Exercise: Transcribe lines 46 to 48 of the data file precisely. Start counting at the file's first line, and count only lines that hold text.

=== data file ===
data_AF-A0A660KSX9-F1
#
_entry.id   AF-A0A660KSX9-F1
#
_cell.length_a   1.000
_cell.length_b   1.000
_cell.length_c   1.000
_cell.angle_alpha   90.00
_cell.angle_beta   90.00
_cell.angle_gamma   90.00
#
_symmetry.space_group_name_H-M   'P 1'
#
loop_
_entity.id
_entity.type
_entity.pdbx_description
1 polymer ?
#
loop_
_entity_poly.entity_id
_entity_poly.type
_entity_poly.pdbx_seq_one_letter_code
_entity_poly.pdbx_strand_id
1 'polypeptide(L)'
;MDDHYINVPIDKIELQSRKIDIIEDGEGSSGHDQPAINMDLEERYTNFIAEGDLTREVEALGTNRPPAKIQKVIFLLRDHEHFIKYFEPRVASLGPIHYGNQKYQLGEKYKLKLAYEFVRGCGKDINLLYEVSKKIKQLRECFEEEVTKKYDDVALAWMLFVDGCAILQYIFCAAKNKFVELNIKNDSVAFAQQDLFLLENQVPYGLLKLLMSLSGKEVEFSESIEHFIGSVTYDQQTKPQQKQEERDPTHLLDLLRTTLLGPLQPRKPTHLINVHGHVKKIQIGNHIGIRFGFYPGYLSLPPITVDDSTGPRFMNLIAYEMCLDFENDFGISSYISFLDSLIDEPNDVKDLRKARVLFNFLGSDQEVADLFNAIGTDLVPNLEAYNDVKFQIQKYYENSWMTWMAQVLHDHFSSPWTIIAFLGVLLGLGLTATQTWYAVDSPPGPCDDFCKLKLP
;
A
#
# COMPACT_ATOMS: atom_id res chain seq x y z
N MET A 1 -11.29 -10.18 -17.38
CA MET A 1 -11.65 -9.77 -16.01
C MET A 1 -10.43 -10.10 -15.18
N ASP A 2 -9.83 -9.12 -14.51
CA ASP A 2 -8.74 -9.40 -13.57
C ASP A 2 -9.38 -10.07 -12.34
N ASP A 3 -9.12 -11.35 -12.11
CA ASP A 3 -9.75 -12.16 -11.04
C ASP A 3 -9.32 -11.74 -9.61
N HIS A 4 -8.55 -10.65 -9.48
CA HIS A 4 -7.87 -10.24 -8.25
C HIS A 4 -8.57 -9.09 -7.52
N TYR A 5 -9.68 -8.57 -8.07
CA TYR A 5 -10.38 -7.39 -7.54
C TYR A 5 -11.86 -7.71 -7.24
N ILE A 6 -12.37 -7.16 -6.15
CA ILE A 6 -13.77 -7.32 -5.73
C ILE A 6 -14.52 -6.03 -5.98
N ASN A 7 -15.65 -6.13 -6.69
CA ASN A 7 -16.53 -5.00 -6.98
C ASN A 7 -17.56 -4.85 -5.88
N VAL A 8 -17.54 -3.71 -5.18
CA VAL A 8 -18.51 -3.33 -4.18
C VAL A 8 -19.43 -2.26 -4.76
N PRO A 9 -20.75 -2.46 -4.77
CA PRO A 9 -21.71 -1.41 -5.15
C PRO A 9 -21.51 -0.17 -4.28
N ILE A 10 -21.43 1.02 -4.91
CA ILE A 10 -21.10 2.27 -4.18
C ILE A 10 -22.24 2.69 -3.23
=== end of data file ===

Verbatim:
N ILE A 6 -12.37 -7.16 -6.15
CA ILE A 6 -13.77 -7.32 -5.73
C ILE A 6 -14.52 -6.03 -5.98